Naming is serious business – a name that will keep your child on the straight and narrow, a winning name for your racehorse, a company name that captures the essence of “success”.
The extent to which a name dictates the future and embodies its own innate characteristics has been hotly contested throughout our literate history. According to Juliet Capulet, ‘a rose by any other name would smell as sweet’, yet for Gwendolen Fairfax the importance of the name Ernest was paramount, as it ‘inspired absolute confidence’.
There is a range of academic and completely non-scholastic conjecture about how a name can act as fortune-teller. Lewis Lipsitt, Emeritus psychology professor at Brown University is of the view that a name reflects your genes and can have a substantial bearing on your self-esteem. According to Buzzfeed however, Craigs are just trouble and Jennifers always have the greatest hair.
A company name can be an extremely powerful tool, as a brand in itself and to communicate confidence, recognition and reliability to your target market. Names like Nike, Google and Toyota share an important golden thread, trust.
Of course, the iconic status of these companies was not born of the name itself which became widely identifiable upon registration, yet the words have become synonymous with their products and services. The names have become trusted.
So how does one select the optimal company name, something that is simultaneously sensical, memorable, appealing and available?
1. Does it make sense?
The obvious choice is to select a name with an express link to the industry within which it operates. There can be no doubt about the services ‘Paul’s Plumbing’ provides, while ‘Wok’n’Roll’ and ‘Thaitanic’ are punny options for Asian-inspired restaurants. For some burgeoning businesses, an overt connection to the product is desirable as a marketing and recognition device. Confusion may abound, however, where the focus of the company is broad and subject to regular change.
It is important to consider the ease of pronunciation of the proposed company name. Although an odd or linguistically foreign name has the potential to be an interesting talking point, it is likely that people are going to garble the name on a daily basis, or at least ask about the story behind it. If this is going to bother you, an exotic or fictional name may not be ideal.
When in doubt there is a tendency to select a term or mishmash of letters that is personally meaningful. Combining two of your favourite foods (bacegg) or the first names of your three children may make the utmost sense to you but sounds completely manic to an outsider. Although following this logic did lead to three-time Melbourne Cup winning horse, Makybe Diva, whose name includes the first two letters of the names of five women employed by owner Tony Santic at the time (Maureen, Kylie, Belinda, Diane, and Vanessa). Further, Steve Jobs named his revolutionary technology company after his preferred fruit, so the effect may be negligible.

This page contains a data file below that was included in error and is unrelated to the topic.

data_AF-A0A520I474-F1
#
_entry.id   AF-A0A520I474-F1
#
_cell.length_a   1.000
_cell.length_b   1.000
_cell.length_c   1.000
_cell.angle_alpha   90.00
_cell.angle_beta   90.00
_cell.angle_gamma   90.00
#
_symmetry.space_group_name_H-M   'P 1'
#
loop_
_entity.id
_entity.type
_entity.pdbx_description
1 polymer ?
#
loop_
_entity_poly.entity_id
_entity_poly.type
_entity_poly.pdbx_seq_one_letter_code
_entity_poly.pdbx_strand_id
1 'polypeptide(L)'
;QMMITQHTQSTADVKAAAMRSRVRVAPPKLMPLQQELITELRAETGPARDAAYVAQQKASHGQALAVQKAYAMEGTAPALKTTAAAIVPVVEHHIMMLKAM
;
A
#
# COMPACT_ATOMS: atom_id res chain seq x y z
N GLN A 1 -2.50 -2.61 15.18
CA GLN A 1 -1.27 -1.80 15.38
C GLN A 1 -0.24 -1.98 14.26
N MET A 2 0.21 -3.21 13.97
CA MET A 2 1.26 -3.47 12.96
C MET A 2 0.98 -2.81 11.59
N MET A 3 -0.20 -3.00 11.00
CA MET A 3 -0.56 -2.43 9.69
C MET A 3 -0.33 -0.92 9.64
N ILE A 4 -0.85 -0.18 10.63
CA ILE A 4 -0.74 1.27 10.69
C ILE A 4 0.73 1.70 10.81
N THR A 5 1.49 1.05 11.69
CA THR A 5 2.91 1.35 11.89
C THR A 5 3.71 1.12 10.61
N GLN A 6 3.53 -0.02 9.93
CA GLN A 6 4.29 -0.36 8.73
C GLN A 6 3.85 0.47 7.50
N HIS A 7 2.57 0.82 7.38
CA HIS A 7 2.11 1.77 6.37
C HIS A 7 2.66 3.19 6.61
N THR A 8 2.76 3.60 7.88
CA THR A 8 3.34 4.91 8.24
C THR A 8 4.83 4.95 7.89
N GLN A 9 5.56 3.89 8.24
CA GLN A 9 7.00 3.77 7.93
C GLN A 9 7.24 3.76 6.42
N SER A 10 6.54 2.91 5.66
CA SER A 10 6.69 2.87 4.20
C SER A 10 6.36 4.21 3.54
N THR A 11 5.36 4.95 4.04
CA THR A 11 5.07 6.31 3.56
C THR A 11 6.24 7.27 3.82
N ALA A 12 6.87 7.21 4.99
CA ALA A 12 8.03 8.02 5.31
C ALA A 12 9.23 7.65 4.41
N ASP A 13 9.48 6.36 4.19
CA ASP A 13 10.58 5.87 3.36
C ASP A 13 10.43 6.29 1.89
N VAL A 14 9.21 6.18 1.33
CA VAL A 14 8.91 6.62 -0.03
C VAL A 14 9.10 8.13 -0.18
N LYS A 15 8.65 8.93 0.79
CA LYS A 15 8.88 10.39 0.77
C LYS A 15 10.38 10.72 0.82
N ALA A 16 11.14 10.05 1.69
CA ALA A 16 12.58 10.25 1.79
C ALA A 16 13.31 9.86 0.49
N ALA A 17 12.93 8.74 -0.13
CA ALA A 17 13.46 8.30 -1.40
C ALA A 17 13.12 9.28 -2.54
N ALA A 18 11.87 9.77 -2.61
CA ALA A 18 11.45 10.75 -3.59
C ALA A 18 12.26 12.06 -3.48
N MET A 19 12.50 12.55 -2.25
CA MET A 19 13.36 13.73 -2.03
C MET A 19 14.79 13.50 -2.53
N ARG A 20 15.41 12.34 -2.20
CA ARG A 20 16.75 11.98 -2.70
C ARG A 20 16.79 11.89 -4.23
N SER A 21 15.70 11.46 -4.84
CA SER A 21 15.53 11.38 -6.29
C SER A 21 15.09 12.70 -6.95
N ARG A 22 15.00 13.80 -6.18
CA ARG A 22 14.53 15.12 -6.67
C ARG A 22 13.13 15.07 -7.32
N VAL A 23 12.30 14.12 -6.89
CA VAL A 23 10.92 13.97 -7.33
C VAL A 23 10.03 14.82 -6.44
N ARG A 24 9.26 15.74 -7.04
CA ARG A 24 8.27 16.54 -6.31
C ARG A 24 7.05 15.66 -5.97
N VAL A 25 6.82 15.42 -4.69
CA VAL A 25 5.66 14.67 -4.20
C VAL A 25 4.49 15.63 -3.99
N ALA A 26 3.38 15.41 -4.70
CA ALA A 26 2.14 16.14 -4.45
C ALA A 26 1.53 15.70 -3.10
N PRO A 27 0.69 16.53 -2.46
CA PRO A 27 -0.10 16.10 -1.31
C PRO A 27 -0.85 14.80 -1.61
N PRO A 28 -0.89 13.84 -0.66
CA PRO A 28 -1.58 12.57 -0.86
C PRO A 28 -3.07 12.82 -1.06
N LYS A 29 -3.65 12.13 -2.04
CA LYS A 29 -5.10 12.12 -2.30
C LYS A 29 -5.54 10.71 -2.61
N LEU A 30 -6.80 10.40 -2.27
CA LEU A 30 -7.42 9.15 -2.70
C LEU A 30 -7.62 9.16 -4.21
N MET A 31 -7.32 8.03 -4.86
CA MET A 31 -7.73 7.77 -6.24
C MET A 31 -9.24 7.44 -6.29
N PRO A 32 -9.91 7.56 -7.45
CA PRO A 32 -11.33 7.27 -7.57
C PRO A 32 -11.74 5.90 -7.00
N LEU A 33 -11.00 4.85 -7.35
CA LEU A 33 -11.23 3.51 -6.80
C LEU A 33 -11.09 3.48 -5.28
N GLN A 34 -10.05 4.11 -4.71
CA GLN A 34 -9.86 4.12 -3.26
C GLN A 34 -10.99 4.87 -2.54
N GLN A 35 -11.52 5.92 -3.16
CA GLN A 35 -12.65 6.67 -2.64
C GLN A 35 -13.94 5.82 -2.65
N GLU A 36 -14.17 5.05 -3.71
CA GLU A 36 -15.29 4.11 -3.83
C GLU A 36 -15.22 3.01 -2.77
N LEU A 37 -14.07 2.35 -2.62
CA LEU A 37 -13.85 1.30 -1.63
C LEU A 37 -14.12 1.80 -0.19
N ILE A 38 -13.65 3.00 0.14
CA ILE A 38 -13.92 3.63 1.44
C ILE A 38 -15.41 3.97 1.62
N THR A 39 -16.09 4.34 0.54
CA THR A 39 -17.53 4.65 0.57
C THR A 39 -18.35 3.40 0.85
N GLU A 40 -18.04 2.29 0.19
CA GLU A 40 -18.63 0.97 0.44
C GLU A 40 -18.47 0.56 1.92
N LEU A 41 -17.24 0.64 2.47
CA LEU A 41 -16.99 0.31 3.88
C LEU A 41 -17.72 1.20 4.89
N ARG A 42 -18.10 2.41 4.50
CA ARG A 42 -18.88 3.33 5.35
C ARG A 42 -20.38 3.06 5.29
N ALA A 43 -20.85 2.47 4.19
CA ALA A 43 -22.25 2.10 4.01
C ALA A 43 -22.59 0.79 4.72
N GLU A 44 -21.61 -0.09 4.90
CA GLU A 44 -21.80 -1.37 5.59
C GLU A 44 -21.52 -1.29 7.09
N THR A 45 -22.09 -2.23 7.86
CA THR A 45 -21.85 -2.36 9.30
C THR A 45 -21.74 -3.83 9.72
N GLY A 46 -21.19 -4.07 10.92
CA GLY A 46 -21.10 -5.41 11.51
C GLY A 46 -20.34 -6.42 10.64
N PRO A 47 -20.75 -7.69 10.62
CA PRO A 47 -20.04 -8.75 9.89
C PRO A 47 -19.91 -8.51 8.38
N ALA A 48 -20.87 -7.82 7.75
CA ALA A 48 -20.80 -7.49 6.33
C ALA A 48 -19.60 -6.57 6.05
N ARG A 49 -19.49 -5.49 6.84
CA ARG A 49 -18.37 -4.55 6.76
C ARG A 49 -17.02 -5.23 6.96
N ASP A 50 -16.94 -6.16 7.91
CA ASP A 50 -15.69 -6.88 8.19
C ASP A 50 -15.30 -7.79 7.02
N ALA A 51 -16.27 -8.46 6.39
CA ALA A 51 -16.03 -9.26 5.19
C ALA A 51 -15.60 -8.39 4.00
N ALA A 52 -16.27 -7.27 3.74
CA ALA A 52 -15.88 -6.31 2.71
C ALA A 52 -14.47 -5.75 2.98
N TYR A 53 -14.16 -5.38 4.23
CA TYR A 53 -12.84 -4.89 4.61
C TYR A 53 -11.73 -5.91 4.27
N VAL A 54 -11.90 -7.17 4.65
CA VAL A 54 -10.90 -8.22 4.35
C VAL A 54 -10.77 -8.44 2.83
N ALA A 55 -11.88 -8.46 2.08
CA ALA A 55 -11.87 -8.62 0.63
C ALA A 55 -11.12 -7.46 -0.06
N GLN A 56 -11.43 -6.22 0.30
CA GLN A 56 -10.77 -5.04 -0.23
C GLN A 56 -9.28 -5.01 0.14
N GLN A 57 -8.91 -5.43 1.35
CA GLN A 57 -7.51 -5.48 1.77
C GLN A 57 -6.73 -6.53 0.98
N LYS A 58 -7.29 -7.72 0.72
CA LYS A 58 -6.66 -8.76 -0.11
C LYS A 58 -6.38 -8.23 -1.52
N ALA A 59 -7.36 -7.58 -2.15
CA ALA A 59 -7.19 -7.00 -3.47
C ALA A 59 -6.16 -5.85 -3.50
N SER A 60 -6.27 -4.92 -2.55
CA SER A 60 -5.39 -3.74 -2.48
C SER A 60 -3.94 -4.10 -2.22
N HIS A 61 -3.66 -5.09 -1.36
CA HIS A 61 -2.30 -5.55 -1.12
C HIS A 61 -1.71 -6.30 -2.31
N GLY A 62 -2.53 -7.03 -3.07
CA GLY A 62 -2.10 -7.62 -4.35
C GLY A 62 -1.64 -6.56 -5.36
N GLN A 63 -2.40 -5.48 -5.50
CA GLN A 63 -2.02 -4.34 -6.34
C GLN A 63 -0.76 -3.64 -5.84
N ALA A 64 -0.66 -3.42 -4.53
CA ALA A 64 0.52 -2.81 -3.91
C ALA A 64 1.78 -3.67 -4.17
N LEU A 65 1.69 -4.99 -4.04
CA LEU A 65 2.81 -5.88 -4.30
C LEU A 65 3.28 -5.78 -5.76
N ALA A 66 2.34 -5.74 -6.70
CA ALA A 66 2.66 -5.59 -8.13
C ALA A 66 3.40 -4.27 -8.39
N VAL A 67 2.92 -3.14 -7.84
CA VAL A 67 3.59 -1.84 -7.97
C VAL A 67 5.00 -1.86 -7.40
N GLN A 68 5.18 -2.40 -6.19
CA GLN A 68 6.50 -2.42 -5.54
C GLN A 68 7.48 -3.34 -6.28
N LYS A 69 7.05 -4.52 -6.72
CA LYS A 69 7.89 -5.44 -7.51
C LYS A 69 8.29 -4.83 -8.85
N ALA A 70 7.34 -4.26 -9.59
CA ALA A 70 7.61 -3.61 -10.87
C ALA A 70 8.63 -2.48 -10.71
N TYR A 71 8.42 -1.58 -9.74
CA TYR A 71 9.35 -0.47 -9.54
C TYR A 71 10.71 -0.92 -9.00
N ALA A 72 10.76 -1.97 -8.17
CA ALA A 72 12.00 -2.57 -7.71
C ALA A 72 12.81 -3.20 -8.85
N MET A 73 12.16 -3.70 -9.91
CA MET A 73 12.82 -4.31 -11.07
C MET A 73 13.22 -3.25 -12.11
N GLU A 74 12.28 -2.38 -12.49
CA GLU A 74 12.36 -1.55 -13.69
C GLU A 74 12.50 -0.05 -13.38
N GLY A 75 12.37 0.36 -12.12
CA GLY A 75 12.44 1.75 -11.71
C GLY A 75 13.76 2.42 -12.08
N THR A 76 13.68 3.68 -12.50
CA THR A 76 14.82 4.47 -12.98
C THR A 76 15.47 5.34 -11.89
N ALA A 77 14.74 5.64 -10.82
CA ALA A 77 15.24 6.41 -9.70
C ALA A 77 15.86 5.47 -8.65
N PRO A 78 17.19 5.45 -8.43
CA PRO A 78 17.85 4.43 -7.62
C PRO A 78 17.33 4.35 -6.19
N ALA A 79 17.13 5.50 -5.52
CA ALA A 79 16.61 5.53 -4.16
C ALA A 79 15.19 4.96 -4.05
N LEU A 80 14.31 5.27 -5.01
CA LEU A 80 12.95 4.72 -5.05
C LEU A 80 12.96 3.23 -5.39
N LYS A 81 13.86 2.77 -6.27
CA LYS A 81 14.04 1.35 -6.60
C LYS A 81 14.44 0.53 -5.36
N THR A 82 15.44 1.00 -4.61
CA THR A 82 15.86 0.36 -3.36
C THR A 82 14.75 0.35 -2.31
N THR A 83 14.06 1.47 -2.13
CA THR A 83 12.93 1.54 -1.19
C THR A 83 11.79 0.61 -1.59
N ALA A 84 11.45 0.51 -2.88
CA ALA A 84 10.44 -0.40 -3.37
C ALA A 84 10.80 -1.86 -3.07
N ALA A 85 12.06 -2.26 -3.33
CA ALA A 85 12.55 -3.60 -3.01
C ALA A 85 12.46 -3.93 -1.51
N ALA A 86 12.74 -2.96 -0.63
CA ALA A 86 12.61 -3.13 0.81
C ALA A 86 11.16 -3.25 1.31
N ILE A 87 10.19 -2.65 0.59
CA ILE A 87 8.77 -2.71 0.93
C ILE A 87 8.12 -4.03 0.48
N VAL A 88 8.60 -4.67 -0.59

Does it suggest what I do? Is this important to me? Is it easy to pronounce? Is it meaningful? Does it make sense?
2. Is it memorable?
It follows from above that sensical names are usually easier to remember. There is no definitive way to ensure that your company name will be ‘sticky’ and a popular dinner-time conversation topic. That said, this is a well-worn path and there are stacks of success stories to consider.
What’s the similarity between PayPal, Coca-Cola and Sumo Salad? Alliteration. The continued repetition of the same letters is known to enhance one’s memory through the use of a conscious pattern.
What do Nike and Pandora have in common? Their Greek etymology. Nike was the god of victory, appropriate for a sports and lifestyle retailer, while Pandora was the first human woman who was responsible for unleashing all the evils and indulgences of the world, an apt name for a luxury jewellery brand.
The name ‘Cisco’ was derived from its geographic location and has heavily influenced its the company’s logo, an abstract image of the golden gate bridge.
There is something to be said for singular, punchy names as well, Amazon, Microsoft, Mars, Sony, Pixar…
What will people remember? Is it catchy?
3. Do you love it?
There’s a significant chance that you’re going to end up saying the name of your business more times a day than you say your own name. It follows that you’ll want to really like it.
You wouldn’t purchase an outfit, a car or or a house you didn’t love right? (Unless renovation is your thing) So why invest your time, energy and savings into an operation whose name makes you cringe?
Samantha Jones, a very wise public relations guru, of Sex & the City fame, once said that you need to love yourself first. How are others supposed to love the your business if you, yourself can’t stand its name?
4. Is it available?
Before you print business cards and brand your website, it is imperative that you do your due diligence. This involves checking that the company name you’re after is available for registration (try our company name search), is not restricted (requiring permission from the Treasury) and isn’t subject to an existing or pending trademark (IP Australia). If you have international aspirations then taking a look at overseas intellectual property rights and competitors with similar names is an important course of action.
At that level, cultural, linguistic and idiomatic reverence are fundamental concerns. A name entirely appropriate in the Australian vernacular may carry unsavoury connotations in an alternative jurisdiction.
Now that’s you’ve sufficiently Google’d the future of your [company/child/pet] name, perhaps try the colour of your personality or your spirit animal, all very conclusive descriptors.
This information is of a general nature only and does not constitute professional advice. You must seek professional advice in relation to your particular circumstances before acting.